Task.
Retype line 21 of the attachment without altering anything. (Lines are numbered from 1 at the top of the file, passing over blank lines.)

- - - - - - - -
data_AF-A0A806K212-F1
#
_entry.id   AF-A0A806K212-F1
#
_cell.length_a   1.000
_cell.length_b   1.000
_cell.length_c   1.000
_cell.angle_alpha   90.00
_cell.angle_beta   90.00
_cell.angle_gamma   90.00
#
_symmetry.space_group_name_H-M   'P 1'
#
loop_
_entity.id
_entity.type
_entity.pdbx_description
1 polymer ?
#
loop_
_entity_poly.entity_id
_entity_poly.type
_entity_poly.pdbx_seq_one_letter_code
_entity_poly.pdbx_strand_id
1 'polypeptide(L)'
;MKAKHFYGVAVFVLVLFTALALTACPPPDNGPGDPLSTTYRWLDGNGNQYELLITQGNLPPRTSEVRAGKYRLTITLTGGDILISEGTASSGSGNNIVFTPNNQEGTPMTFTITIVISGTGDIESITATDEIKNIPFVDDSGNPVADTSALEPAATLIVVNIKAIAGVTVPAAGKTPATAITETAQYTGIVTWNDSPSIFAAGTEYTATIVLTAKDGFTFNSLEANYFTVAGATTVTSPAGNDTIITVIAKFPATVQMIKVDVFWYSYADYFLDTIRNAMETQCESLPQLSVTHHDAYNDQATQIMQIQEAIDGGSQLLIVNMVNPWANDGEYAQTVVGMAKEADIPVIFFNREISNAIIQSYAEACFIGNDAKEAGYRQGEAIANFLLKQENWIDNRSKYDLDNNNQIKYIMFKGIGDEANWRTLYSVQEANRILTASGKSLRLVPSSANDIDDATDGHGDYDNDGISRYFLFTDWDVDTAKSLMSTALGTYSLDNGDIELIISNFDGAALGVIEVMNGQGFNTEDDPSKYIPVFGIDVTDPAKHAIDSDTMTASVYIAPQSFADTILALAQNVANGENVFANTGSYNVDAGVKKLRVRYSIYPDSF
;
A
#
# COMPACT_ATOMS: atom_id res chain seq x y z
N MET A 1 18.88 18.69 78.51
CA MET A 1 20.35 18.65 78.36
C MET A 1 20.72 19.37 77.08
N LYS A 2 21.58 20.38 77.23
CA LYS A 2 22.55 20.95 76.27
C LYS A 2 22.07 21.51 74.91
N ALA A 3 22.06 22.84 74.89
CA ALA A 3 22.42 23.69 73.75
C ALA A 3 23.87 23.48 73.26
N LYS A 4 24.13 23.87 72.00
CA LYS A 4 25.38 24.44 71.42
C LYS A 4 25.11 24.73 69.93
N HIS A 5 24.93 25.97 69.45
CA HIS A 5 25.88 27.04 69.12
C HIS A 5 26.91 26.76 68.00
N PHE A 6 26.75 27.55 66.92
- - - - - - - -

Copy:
_entity_poly.entity_id